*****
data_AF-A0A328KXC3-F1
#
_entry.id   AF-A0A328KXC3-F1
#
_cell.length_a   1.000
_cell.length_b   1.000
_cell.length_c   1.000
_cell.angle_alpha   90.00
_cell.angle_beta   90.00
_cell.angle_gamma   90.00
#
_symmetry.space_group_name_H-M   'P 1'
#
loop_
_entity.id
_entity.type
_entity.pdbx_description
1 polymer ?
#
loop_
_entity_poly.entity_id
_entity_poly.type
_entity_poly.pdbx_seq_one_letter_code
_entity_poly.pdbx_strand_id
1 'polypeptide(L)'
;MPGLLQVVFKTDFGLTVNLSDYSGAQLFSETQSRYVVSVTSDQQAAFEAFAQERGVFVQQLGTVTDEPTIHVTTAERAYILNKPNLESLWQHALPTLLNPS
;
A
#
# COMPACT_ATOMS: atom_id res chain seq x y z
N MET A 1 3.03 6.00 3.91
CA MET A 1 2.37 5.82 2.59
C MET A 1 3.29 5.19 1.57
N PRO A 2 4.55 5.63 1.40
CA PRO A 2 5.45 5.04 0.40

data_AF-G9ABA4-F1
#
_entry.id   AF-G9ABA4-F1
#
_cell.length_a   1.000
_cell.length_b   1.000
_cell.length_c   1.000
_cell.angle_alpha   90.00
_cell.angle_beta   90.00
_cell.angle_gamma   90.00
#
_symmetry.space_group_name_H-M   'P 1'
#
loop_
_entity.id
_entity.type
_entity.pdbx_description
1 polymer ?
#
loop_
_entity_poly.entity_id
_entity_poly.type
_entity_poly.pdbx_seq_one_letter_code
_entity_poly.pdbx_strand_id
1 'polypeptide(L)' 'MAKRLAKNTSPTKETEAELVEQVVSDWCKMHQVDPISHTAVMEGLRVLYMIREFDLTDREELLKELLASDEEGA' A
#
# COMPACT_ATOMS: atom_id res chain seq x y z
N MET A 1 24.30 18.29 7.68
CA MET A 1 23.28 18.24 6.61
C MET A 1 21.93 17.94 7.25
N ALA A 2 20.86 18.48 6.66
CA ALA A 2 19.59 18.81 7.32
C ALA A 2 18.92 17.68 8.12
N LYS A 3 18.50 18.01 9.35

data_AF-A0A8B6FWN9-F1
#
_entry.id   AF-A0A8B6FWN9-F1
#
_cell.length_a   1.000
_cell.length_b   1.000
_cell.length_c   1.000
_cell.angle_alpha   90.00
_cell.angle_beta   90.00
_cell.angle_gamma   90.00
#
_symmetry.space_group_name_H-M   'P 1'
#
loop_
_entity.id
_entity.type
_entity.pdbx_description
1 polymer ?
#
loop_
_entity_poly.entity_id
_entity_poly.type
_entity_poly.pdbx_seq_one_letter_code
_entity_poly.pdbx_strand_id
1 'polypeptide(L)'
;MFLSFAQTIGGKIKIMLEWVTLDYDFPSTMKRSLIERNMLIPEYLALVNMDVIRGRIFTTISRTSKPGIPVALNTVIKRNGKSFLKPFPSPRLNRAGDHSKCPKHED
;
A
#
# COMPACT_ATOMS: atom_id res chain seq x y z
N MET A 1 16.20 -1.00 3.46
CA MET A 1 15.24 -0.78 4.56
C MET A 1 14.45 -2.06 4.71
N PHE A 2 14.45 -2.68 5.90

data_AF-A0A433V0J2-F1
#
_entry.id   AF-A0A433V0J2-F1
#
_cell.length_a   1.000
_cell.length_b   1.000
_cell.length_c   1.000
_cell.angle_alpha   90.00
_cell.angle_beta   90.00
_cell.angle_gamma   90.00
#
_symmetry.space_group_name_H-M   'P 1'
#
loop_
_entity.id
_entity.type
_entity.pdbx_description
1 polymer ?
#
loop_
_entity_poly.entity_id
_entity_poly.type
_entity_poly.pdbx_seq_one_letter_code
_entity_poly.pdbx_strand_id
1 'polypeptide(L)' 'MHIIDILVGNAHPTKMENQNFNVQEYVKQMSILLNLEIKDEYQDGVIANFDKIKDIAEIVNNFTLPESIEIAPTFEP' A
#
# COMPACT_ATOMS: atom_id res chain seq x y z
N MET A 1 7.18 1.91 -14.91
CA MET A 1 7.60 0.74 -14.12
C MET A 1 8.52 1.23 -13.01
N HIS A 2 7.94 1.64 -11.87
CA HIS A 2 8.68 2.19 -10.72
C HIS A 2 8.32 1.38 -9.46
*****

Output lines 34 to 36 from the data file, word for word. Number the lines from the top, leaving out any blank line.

N PRO A 2 4.55 5.63 1.40
CA PRO A 2 5.45 5.04 0.40

data_AF-G9ABA4-F1